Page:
Betty-Ann Yaxley first presented the breed in a Canadian cat show and gained so much attention that the Canadian Cat Association accepted the breed into its ranks. They were accepted in the experimental class of breeds in November 1998 and as a new breed in 2006. The Foldex quickly gained popularity as a pretty cat with a muzzle that’s not too short.

5.  Ukrainian Levkoy

Ukrainian Levkoy (3417712206)
Ukranian Levkoy (Image Credit: Nickolas Titkov, Wikimedia Commons CC 2.0 Generic)
Average Weight: 8–12lbs
Lifespan: 12–15 years

The distinctive Ukrainian Levkoy is a hairless cat created in the 2000s by Elena Biriukova of Ukraine by breeding the hairless Donskoy with the folded-eared Scottish Fold. These beautiful cats are normally only covered in a very short, downy “peach fuzz” that shows off their wrinkled bodies and long faces, though some can be born with longer fur.

They share the same folded ears as the Scottish Fold, but that, unfortunately, means that the Ukrainian Levkoy often suffers from debilitating health problems.


What Causes Folded Ears in Cats?

The folded ears are caused by a genetic mutation. This mutation affects the bone and cartilage around the body, including the cartilage forming the ear pinna (the outer ear that’s visible in cats). This causes the characteristic crumpling and folding of the outer ears, resulting in the rounded look people seem to adore.

The gene in question is known as the Transient Receptor Potential Vanilloid family member 4 gene (TRPV4), which causes the folded ears and a whole host of other health problems, too.

Do Cats With Folded Ears Have Health Problems?

Unfortunately, all cats with folded ears will suffer from a disease known as osteochondrodysplasia (also commonly known as Scottish Fold Disease) to varying degrees. Osteochondrodysplasia is a condition caused by a change in the TRPV4 gene, which causes the malformation and degradation of the cartilage throughout the body.

This results in arthritis, pain, and a diminished quality of life for severely affected felines. It’s sad that all cats, no matter the breed or pedigree, will suffer from this debilitating condition if they have folded ears.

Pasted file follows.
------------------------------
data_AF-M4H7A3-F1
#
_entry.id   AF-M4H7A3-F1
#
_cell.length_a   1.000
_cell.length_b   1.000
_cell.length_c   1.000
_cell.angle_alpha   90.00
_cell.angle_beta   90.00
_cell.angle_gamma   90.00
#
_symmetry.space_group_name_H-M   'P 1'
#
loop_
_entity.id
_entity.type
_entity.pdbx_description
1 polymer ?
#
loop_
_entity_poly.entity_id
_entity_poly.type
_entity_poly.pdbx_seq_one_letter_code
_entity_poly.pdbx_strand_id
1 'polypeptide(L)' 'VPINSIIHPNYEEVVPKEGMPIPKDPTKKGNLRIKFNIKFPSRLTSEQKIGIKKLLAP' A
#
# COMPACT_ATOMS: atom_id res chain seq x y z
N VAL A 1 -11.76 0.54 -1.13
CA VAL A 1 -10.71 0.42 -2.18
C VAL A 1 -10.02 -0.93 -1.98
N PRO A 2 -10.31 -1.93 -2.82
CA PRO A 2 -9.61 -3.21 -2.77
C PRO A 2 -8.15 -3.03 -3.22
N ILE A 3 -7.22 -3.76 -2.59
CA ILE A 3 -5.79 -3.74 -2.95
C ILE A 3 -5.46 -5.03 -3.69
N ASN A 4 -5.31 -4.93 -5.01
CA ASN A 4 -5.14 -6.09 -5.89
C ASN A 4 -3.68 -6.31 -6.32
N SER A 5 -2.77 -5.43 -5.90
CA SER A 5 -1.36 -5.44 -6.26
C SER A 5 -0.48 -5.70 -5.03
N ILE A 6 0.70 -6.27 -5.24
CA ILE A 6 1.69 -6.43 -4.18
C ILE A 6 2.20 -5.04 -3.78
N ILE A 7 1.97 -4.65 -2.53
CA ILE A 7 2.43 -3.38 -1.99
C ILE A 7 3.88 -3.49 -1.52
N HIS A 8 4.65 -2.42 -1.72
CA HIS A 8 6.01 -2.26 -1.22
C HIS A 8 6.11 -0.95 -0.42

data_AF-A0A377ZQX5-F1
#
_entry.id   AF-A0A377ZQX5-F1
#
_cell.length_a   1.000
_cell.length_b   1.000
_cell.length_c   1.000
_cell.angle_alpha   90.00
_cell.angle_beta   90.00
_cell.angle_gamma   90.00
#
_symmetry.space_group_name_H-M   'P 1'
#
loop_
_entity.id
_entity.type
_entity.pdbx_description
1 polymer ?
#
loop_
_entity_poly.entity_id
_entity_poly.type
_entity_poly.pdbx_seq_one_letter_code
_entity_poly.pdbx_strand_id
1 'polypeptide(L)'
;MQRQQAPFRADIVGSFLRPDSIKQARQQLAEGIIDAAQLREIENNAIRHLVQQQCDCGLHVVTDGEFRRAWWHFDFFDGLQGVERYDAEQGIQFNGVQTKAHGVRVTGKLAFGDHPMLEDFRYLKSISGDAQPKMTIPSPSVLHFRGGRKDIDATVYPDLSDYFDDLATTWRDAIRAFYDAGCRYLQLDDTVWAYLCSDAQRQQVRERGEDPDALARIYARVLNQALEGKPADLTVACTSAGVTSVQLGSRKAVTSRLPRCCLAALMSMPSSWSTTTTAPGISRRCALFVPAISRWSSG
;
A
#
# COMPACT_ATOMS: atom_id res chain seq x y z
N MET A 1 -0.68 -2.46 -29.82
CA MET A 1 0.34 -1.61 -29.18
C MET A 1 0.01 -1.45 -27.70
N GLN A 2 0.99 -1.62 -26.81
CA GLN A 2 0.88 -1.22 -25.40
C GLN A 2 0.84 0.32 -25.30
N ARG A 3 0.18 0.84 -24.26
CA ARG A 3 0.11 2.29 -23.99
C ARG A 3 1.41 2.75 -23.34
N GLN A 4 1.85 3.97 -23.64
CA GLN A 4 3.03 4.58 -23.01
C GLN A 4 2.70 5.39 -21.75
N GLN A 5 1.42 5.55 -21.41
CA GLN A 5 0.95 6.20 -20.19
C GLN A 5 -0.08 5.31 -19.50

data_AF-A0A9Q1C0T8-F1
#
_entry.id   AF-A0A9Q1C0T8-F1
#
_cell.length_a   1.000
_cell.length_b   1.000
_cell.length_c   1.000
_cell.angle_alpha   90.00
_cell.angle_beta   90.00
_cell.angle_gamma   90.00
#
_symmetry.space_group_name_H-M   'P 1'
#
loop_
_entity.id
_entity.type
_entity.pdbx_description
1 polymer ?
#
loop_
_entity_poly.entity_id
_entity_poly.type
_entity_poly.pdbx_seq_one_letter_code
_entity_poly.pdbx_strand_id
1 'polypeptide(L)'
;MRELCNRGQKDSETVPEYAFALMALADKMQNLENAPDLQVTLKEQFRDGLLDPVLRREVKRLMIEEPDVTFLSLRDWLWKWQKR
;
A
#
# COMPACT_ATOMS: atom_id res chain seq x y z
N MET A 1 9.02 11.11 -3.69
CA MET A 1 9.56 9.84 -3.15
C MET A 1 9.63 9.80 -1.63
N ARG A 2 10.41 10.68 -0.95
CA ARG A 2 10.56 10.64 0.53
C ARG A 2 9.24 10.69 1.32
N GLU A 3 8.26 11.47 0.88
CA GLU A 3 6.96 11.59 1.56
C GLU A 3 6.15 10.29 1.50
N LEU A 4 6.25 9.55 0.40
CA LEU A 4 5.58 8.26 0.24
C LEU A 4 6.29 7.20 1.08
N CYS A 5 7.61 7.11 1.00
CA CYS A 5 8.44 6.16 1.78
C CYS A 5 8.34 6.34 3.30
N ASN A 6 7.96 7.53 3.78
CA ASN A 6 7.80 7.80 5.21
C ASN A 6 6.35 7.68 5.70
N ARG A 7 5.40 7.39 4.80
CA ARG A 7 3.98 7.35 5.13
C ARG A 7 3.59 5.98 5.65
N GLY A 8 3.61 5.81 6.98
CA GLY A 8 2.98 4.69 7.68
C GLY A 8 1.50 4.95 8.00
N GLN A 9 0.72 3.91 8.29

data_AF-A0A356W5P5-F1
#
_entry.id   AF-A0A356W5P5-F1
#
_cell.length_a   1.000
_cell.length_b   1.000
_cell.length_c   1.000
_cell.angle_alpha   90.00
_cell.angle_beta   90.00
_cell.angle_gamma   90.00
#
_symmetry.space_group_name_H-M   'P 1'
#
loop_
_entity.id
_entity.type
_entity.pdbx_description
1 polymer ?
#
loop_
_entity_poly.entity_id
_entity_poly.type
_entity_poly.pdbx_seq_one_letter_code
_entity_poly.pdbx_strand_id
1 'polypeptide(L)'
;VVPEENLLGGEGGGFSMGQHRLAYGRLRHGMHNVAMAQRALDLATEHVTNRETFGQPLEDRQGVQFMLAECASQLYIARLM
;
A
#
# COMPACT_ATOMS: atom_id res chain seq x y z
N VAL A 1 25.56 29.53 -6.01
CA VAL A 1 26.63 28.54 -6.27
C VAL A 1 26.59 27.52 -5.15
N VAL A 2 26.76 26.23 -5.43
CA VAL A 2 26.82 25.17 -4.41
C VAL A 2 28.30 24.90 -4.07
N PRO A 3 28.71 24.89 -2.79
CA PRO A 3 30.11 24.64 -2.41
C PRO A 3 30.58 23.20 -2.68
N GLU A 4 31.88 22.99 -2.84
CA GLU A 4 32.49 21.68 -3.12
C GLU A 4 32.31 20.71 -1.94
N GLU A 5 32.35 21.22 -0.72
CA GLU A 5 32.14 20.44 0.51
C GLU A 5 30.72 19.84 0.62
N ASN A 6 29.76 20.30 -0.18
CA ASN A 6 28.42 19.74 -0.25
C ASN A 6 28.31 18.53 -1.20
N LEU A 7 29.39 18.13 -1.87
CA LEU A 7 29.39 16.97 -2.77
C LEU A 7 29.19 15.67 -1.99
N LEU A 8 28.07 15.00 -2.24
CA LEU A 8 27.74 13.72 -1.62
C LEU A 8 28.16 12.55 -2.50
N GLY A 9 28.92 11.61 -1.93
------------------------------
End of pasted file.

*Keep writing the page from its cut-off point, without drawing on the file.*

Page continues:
This condition can hinder mobility and cause daily (sometimes severe) pain. For this reason, many veterinary and animal welfare organizations disagree with breeding cats with folded ears.

Scottish fold cat in salon
Image Credit: Standret, Shutterstock

Are All Folded Ears the Same?

Folded ears in cats are not all the same! There are varying degrees of folding, ranging from just a tiny amount to the entire ear almost flattened to the head. This can be seen most readily in Scottish Folds, as the breed standards of many feline fancying groups call for ears folded down tight to the head “like a cap.”

Kittens born to these breeds don’t have their ears folded at birth, either! The folding occurs naturally over 5 weeks, and not all kittens born to a litter with folded ear parents will have folded ears themselves.



Cats with folded ears are some of the most recognizable breeds due to their sweet looks and resulting popularity. The five breeds we mentioned are bred to have folded ears. However, ear folding is caused by a genetic mutation, and any breed of cat can be born with folded ears in theory.

Despite their cute looks, folded ears present a host of other health conditions, including osteochondrodysplasia, which causes the folding of the ear pinna in the first place.

Featured Image Credit: dien, Shutterstock